Privacy law eroding: watchdog
Jul 21 2012
B.C.'s information and privacy law is being undermined by the provincial government, says Elizabeth Denham.
The information and privacy commissioner said recent government legislation that bypassed or overrode the Freedom of Information and Protection of Privacy Act was chipping away at 20-year-old protections for privacy and government transparency.
"I am very concerned," said Denham, who released her office's annual report this week.
"I hope this isn't a trend, but when we saw four pieces of legislation work their way quickly through the legislature, and we had very little time to get our message to the ministries during confidential consultation, we are really concerned about that."
The four bills, which changed rules for animal health, ferries, emergency disclosure and PharmaCare, "chip away" at a careful balance between a legal right to privacy and mandated government transparency set by the legislature 20 years ago, she said.
The animal health, ferries and PharmaCare bills limit the public's ability to access information being used by the government, while the Emergency Intervention Disclosure Act subjects individuals to privacyinvasive disease testing.
The government introduced and passed the bills so quickly - within a matter of weeks - that there was little time to consult with ministers and suggest changes, a move Denham called disappointing.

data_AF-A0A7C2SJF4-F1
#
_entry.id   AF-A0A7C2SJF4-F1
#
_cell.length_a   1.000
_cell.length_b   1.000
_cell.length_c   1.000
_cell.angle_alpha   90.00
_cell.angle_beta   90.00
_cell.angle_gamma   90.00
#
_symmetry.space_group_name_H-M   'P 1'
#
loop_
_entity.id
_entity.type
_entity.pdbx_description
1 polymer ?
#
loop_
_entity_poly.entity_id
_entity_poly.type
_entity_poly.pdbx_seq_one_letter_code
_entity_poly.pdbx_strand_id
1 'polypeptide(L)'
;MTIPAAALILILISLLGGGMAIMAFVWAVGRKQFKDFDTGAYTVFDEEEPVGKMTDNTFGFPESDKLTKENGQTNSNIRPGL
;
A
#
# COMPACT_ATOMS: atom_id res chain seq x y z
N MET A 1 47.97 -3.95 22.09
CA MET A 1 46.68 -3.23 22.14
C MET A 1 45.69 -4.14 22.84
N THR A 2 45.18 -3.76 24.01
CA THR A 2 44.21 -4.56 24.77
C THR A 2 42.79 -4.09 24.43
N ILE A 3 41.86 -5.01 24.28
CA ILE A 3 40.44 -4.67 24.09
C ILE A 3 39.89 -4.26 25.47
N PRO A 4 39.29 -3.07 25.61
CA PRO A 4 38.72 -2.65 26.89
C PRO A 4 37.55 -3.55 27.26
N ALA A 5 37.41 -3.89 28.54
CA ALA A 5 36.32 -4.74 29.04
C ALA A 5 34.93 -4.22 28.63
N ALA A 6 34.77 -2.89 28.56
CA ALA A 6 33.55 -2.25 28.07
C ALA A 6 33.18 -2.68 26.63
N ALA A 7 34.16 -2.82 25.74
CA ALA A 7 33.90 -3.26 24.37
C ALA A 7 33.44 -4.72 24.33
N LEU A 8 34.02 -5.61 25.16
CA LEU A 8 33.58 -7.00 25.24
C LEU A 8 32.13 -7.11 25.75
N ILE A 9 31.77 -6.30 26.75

"I think there's a lack of deep policy analysis in the development of the bills," she said. "I'd also suggest maybe a lack of understanding throughout government in the principles and the legal basis of freedom of information and protection of privacy."
The minister responsible for freedom of information, Margaret McDiarmid, said in a statement she disagrees that the government is chipping away at FOI laws.
"I want to assure you that privacy protection is a major consideration when developing new legislation," she said. "However, in any situation that arises, including the development of legislation, it is necessary to balance competing priorities. These priorities include privacy and access, as well as the needs of citizens and government."
NDP critic Doug Routley said the government is "surreptitiously trying to dismantle the act in a piecemeal fashion" by attacking it on several fronts.
The Liberal government views privacy and transparency requirements enshrined in law as obstacles to its agenda, he said.
It is "piecemeal repeal," said Vincent Gogolek, executive director of the B.C. Information and Privacy Association.
The government should have the courage to stand in the legislature and spell out how it plans to change freedom of information rules, rather than hiding those changes in bits of unrelated legislation, he said.
He called Denham's public complaints a "hugely worrying" sign.
Denham was a former federal assistant privacy commissioner before taking the B.C. job in 2010.
She said her office, which is the independent privacy and transparency watchdog for the provincial government, was busier than ever in the past year, handling complex files and public complaints while being strained by a limited budget.
Denham said she's also being asked by ministries to do more proactive assessment of ministry projects, but noted it was ultimately the government's responsibility to adhere to the FOI law.
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